Tests for thyroid cancer
This page tells you about the tests you may have for thyroid cancer. You can find the following information
Tests for thyroid cancer
Usually you begin by seeing your GP, who will examine you and ask about your general health. Your doctor will ask you about your symptoms, and will examine your neck. They may ask you to go for a blood test to check your thyroid hormone levels, or send you for an ultrasound scan. Or they may refer you directly to a specialist at your local hospital.
At the hospital
The specialist will ask about your medical history and symptoms. They will then examine you by feeling your neck. You may have a chest X-ray to check your general health. If you haven't had them done already, you will have some blood tests to check your thyroid hormone and thyroid antibody levels. Your doctor may arrange a needle biopsy and an ultrasound scan. These tests will be in the outpatient department.
A needle biopsy is used to take a small amount of thyroid tissue, which a pathologist can then examine. This may help the doctor find out if a lump is cancer or not. The doctor puts a very thin needle into the lump and sucks out a small amount of fluid and cells. They send the biopsy sample to the laboratory to be looked at under a microscope. You may have the needle biopsy done under a local anaesthetic. Sometimes a surgical biopsy is needed. This means the doctor makes a small cut with a scalpel into the skin near the thyroid gland and removes a small piece of thyroid tissue. This is usually done under general anaesthetic.
You can view and print the quick guides for all the pages in the diagnosing thyroid cancer section.
Usually you begin by seeing your family doctor (GP) who will examine you and ask about your general health. They will ask you about your symptoms. This will include what the symptoms are, when you get them and whether anything you do makes them better or worse. Your doctor will then examine your neck. They may ask you to go for a blood test to check your thyroid hormone levels, or send you for an ultrasound scan. Or they may refer you directly to a specialist at your local hospital.
When you see a specialist, they will ask you about your medical history and symptoms. They will then examine you by feeling your neck.
If your GP has not already taken blood for thyroid tests, you will have some blood taken. The laboratory staff will check the blood for your thyroid hormone levels and to see if the blood contains particular proteins called thyroid antibodies. Then your specialist will arrange other tests in the outpatient department. You may be asked to have
An ultrasound scan uses sound waves to build up a picture of the inside of your body. This test can be used to look at your thyroid and neck. Your doctor is looking to see whether there are lots of lumps or just one. And whether the lumps are solid or filled with fluid (cysts). Of these, a single solid lump is most likely to be cancer. There is more about having an ultrasound in the cancer tests section.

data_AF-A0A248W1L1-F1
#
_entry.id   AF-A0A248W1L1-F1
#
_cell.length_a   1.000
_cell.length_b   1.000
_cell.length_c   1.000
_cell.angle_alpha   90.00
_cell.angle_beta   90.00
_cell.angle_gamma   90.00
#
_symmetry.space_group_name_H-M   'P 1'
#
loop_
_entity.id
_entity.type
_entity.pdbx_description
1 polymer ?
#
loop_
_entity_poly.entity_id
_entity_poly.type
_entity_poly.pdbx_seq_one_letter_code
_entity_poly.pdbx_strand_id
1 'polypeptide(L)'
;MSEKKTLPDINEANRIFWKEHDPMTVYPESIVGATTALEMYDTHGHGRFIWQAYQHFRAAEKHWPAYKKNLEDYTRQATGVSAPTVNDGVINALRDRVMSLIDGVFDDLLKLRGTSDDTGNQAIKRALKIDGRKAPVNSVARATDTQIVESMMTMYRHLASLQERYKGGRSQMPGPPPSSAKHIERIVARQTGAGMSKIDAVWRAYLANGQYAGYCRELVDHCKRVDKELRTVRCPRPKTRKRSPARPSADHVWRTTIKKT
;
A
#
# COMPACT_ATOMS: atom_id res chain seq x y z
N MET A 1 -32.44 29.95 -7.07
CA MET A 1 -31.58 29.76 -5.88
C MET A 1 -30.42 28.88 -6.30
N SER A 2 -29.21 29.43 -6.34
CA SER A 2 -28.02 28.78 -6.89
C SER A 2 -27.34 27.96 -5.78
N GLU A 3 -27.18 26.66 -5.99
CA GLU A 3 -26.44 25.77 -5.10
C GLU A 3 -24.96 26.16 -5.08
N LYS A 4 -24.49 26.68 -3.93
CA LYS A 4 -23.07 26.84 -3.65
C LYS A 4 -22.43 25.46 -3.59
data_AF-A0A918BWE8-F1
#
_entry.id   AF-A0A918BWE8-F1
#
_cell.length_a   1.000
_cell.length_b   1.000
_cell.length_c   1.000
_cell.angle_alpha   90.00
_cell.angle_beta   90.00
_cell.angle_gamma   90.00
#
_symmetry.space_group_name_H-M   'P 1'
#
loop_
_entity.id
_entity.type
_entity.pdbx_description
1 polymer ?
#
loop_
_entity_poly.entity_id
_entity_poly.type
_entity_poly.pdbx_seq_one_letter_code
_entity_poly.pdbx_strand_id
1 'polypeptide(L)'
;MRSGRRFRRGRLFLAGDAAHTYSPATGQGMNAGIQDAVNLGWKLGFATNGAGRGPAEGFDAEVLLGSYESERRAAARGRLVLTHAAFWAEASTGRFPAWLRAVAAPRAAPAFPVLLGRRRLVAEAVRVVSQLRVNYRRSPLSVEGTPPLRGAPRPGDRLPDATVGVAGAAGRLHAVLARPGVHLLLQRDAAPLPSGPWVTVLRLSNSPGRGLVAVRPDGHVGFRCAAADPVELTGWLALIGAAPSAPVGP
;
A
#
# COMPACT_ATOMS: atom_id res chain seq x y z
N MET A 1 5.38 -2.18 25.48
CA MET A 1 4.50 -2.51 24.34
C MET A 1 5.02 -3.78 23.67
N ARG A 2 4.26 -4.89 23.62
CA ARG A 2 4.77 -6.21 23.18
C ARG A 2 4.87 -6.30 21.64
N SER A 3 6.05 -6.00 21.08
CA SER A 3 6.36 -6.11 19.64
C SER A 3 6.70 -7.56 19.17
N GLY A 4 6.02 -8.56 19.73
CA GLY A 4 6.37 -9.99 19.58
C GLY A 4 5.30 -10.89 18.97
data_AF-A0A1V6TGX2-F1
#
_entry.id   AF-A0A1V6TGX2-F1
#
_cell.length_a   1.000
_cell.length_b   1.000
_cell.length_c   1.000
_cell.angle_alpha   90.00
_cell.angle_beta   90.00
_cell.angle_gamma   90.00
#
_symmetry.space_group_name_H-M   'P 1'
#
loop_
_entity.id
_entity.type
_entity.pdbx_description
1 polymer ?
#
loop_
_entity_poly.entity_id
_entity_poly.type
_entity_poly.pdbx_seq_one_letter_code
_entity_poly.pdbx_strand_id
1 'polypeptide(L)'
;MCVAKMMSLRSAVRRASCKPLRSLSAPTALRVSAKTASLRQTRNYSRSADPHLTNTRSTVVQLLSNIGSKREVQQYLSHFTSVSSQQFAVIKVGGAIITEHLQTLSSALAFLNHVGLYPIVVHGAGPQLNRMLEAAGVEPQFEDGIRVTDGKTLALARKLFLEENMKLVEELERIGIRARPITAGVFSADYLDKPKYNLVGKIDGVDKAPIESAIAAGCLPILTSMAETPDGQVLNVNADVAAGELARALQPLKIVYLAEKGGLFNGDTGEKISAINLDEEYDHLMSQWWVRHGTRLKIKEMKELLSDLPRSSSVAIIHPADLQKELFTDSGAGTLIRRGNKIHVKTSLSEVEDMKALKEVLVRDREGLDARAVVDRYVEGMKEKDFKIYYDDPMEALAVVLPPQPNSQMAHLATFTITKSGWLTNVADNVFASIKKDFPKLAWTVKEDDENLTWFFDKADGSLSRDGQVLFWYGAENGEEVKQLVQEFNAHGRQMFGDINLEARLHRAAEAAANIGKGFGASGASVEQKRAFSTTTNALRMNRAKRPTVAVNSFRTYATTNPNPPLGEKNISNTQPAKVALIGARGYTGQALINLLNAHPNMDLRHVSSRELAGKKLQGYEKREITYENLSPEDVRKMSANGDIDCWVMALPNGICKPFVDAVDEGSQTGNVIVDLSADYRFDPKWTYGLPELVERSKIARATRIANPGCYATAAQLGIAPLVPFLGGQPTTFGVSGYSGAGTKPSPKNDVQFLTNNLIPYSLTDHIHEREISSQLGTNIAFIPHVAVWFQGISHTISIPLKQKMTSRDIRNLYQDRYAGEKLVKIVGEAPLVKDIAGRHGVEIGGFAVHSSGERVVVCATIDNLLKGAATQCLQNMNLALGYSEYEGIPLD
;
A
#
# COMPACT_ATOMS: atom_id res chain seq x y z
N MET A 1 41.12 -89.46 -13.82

A needle biopsy is used to take a small amount of thyroid tissue, which can then be looked at by a pathologist. This may help the doctors find out if a lump is cancer or not.
The doctor will feel for your thyroid lump, so that they can put the needle straight into the right place. They usually use an ultrasound scanner to help guide the needle in. You may have an injection of local anaesthetic to numb the area. Doctors don't always use anaesthetic because the needle to take the biopsy is very thin. If you are worried about not having local anaesthetic, talk to your doctor before the test. The doctor then puts the biopsy needle into the lump. Once the needle is in place, the doctor uses it to suck out a small amount of fluid and cells. They send this sample to the laboratory to be looked at under a microscope. Occasionally the first sample does not contain enough cells to make a definite diagnosis and you may need to have the test again.
Sometimes a surgical biopsy is needed. This could be because
- The needle biopsy could not be done for some reason
- A second needle biopsy did not get enough cells to make a diagnosis but your specialist still thinks that there is a problem
- It was difficult for the pathologist to be sure about the results of your needle biopsy (it can be particularly difficult to accurately judge thyroid cells)
You usually have a surgical biopsy under general anaesthetic. The doctor makes a small cut with a scalpel into the skin near the thyroid gland and removes a very small piece of thyroid tissue. You may have 1 or 2 stitches, or steristrips, to close the cut in your neck.
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